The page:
International Aid Organisations must reset the donor templates of their engagement with countries that are in conflict. There needs to be a change in how these Agencies see Religious groups and communities in crisis. It is important that a threshold of expertise, competence and proficiency be set for accessing Aid. The faith communities are closest to the people and, in our case, everyone knows what the Catholic Church has done over time. The most critical needs of our people now are Education of orphans, support for widows and victims of violence. This requires huge financing but often, the needs of our people are modest. My appeal therefore is that Aid Agencies consider more practical ways of engaging Church structures to alleviate the sufferings of the victims of persecution by way of granting scholarships to vulnerable children. Only sound education, taking millions of children from the streets can guarantee victory over these agents of darkness.

It is important to restate that even though the purveyors of terrorism, banditry, kidnapping and murders of our people continue to appeal to Islam as their source of inspiration, what we are dealing with is the Jihadist/Salafist supremacist strain of the faith that is at best a cancer that threatens the Muslims who do not believe what they themselves believe. We must name the devil so as to cast it out. This means that first, a majority of those who are good Muslims must rise in defense of their religion by reversing this inhuman view of religion which pretends to be working in the name of the religion. Muslims in northern states have suffered disproportionately in our conflicts in Nigeria. Sadly, this is occurring after the President has continued to privilege Muslims in appointments in the country.

In Nigeria, the Muslim elite have been at their hypocritical best, using religion as a tool for political mobilisation. No one expected that the Buhari administration will end up exploiting the support he received from across the country only to turn around and run such a nepotistic administration. The challenge of rebuilding our country, moving it away from the brink requires collective efforts on our part. However, the policy choices of this government have reversed the gains we made in the area of peaceful co-existence and dialogue. We cannot give up. We must renew our commitment to creating a just society.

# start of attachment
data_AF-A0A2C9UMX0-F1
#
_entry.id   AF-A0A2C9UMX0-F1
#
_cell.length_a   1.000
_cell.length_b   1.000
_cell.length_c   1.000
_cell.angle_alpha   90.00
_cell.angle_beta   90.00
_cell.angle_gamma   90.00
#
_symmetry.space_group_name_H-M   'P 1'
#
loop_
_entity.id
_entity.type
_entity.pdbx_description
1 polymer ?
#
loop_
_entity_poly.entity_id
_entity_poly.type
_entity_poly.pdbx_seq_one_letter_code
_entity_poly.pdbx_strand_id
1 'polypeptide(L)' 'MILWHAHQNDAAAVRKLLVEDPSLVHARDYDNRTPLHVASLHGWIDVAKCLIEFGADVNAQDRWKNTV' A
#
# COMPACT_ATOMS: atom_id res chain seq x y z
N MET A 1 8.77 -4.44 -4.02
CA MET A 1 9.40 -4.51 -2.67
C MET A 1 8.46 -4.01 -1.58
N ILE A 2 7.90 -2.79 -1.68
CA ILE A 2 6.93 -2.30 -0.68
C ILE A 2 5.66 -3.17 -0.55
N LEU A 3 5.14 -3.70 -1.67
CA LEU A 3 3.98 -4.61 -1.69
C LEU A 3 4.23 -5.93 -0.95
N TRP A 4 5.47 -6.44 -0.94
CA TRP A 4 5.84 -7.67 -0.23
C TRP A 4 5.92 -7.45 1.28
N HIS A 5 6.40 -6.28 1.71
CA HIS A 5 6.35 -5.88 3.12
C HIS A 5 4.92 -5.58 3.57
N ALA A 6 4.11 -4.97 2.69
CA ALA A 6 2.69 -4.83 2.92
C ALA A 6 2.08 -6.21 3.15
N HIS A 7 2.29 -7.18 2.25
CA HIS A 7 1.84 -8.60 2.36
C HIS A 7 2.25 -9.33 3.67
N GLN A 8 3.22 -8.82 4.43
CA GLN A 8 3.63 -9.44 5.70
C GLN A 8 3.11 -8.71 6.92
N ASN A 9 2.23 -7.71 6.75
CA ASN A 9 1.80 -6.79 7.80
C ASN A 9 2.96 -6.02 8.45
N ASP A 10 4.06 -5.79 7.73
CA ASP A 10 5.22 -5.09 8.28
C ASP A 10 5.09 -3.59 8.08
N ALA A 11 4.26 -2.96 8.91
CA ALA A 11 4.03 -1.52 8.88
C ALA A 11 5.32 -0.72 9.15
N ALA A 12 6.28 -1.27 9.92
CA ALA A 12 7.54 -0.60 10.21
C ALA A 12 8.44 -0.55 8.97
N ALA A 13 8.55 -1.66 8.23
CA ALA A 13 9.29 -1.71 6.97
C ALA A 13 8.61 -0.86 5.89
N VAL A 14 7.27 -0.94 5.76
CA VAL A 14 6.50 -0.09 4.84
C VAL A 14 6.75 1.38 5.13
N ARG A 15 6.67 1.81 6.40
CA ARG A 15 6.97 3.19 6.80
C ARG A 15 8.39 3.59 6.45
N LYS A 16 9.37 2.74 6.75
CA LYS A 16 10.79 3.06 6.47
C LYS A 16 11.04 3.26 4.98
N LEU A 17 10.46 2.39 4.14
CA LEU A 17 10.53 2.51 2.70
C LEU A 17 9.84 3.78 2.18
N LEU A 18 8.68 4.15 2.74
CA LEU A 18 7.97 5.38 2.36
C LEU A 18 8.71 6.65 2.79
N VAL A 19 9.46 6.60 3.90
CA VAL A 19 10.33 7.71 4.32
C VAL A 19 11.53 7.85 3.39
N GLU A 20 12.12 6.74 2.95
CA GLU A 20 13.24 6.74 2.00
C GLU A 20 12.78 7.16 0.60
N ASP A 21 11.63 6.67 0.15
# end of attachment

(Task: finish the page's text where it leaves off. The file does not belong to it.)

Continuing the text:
I end with an appeal in the words of our holy father, Pope Francis who, in his recent encyclical said: “Let us dream, then, as a single human family, as fellow travellers sharing the same flesh, as children of the same earth which is our common home, each of us bringing the richness of his or her beliefs and convictions, each of us with his or her own voice, brothers and sisters all.”

*STATE HOUSE PRESS RELEASE*

*RESPONSE BY THE PRESIDENCY TO THE STATEMENT MADE BY BISHOP KUKAH BEFORE THE UNITED STATES’ CONGRESS*
It is unfortunate, and disappointing, for citizens of Nigeria to bear witness to one of their Churchmen castigating their country in front of representatives of a foreign parliament.

We are all too familiar with these overseas political tours that opposition politicians take – visiting foreign leaders and legislators in the United States, United Kingdom and Europe. So, the argument goes, if they are heard seriously abroad, then Nigerian citizens back home should surely listen to them too.

But in order to be heard at all, and to maximise media coverage back home for their activities, inevitably these visits involve painting the worst possible picture of our country before their chosen foreign audience.

Soon enough we inescapably hear an identical list of racist tropes against northerners, how one religion dominates governance above all others, how the government is doing nothing to address herder-farmer disturbances, and how the government spends money on infrastructure to benefit everyone but the group and religion of the speaker. Of course, in order not to disappoint their western audience, regardless of fact, the list is always the same-and always slanted for whoever wishes to cross-check.

Nigerians expect this from their unimaginative opposition – but it is troubling when a so-called man of the Church copies the worst excesses of those seeking personal advancement in public office.